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Stocks slide and bonds rise as data fails to inspire

NEW YORK (Reuters) - Global stocks fell and bond prices rose on Thursday as lackluster U.S. and euro zone economic data rekindled worries over growth prospects in the developed world.

Gold rose to near $1,300 an ounce, ending higher for a fourth straight day, while the euro retreated from a five-month high against the dollar, hobbled by worries about Ireland’s economy and its troubled banking sector.

The Japanese yen, meanwhile, hit its lowest against the dollar since last week’s intervention.

U.S. stocks slumped late in the session, breaking through a key technical level that marked the high end of the summer’s trading range. Investors had hoped the level would hold despite low trading volume, which cast doubts about the recent rally’s stamina.

“Market technicians had been very positive on our breaking out of that range, so falling back under it added to the decline we saw and accelerated our losses,” said John Stoltzfus, senior market strategist at Ticonderoga Securities in New York.

The Dow Jones industrial average .DJI closed down 76.89 points, or 0.72 percent, at 10,662.42. The Standard & Poor's 500 Index .SPX slid 9.45 points, or 0.83 percent, at 1,124.83. The Nasdaq Composite Index .IXIC fell 7.47 points, or 0.32 percent, at 2,327.08.

Weakness looked to carry over to Asian equity markets. The December futures contract that trades in Chicago for the Nikkei 225 stock index slid 5 points to 9,405.

Initial claims for state unemployment benefits rose 12,000 to a worse-than-expected seasonally adjusted 465,000, the Labor Department said, breaking two straight weeks of declines.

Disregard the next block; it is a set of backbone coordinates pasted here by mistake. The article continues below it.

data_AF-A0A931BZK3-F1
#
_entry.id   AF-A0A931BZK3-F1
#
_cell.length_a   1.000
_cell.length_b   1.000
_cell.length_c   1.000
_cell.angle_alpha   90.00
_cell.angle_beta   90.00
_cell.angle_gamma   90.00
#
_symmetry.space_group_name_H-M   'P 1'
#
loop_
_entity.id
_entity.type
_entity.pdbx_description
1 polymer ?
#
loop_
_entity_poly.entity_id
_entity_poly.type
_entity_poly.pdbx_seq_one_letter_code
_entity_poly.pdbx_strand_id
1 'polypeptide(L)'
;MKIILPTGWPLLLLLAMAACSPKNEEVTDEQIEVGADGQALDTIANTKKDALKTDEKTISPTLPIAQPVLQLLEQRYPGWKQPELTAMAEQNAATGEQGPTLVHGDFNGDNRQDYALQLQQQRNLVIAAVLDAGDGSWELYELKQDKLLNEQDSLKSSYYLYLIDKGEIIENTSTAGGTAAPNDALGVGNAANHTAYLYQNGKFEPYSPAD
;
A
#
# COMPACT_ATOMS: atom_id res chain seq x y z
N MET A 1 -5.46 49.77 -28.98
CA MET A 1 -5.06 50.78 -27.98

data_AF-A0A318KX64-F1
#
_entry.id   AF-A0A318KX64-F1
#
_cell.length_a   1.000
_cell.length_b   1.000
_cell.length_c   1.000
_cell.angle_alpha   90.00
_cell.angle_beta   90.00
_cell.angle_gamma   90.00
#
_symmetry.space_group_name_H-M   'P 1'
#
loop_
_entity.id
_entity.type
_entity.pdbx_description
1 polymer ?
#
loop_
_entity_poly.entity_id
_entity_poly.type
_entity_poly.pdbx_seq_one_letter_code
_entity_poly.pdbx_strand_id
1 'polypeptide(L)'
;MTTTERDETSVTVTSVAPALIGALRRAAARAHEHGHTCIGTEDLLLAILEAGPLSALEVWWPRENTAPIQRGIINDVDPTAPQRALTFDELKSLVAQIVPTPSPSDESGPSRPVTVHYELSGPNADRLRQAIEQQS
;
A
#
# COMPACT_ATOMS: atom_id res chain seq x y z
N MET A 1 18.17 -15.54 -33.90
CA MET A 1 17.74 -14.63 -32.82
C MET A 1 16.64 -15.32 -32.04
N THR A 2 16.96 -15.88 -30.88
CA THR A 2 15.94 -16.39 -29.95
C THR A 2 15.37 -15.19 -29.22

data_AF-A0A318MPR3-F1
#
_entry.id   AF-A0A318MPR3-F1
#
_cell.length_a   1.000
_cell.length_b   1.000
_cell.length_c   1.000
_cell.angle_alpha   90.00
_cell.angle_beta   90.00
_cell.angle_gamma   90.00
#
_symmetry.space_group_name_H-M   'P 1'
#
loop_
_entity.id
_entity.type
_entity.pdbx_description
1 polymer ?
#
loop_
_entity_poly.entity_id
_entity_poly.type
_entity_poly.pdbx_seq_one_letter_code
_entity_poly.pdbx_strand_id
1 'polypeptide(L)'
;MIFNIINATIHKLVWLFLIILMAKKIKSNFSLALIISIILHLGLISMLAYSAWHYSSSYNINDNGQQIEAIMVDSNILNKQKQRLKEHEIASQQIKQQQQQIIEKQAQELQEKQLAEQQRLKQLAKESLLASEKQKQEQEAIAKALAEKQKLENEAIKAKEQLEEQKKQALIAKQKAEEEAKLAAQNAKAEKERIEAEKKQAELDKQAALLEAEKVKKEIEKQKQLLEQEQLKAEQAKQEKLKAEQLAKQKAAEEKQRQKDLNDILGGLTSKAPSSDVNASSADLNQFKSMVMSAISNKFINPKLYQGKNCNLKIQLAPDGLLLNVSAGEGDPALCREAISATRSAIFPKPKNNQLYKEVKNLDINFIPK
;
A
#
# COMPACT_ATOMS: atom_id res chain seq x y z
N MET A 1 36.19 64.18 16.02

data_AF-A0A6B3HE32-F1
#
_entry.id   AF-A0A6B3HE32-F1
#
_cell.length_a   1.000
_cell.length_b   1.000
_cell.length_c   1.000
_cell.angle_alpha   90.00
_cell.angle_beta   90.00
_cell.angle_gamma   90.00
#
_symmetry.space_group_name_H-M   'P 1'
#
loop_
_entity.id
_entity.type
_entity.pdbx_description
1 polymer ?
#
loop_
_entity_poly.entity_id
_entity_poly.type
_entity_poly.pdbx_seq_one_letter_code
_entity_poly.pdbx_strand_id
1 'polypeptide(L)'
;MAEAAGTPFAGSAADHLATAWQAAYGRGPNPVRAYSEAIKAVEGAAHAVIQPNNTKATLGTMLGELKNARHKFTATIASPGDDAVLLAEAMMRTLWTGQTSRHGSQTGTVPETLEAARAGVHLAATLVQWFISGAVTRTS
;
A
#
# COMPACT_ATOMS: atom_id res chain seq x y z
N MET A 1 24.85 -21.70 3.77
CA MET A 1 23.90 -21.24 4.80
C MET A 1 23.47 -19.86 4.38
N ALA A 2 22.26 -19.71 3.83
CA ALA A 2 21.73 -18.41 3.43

Sales of previously owned homes increased 7.6 percent to an annual rate of 4.13 million units in August, a touch above expectations. But the pace was the second-lowest in 13 years.

U.S. Treasury debt prices rose, although a bout of corporate hedging kept price gains in check for much of the afternoon.

Treasury prices continued their upward march as yields headed lower, with the 10-year yield briefly touching a 3-week low. Traders continued to focus on the prospects for more quantitative easing by the Federal Reserve.

The rise in new jobless claims also helped fuel the rally, along with overnight reports showing a slower pace of growth in the euro zone’s services and manufacturing sectors.

“The market already thinks (Fed Chairman Ben) Bernanke and crew are going to restart their purchases of government securities in November with the economy as it is,” said Chris Rupkey, chief financial economist at Bank of Tokyo-Mitsubishi UFJ in New York.

The benchmark 10-year U.S. Treasury note was up 1/32 in price to yield 2.55 percent, after trading higher for much of the session.

Data showing Ireland’s economy shrank 1.2 percent in the second quarter slowed the euro’s upward momentum. A separate report showing euro zone growth slowed in September also took some shine off the euro, which traded down 0.6 percent at $1.3319.

The dollar rose against a basket of major currencies, with the U.S. Dollar Index .DXY up 0.30 percent at 80.072.

Against the yen, the dollar fell 0.21 percent at 84.34.

Oil prices rose as gasoline futures rallied on the partial shutdown of a ConocoPhillips’ refinery in Linden, New Jersey. Units at the Bayway refinery stopped for a month and a half to install a new crude unit, tightening supply in the New York Harbor hub.

U.S. crude for November delivery rose 47 cents, or 0.62 percent, to settle at $75.18 per barrel.

ICE Brent crude for November rose 16 cents to settle at $78.11 a barrel.

Gold benefited from the lackluster economic reports.

U.S. gold futures for December delivery settled up $4.20 at $1,296.30.

Silver hit a 2-1/2 year high at $21.23 an ounce, a hair below its highest since 1980, on strong investment buying.

Major markets in Asia were closed due to holidays in Japan, China, Hong Kong and South Korea.

Reporting by Ryan Vlastelic, Steven C. Johnson, Robert Gibbons, Emily Flitter and Frank Tang in New York; Writing by Herbert Lash; Editing by Dan Grebler

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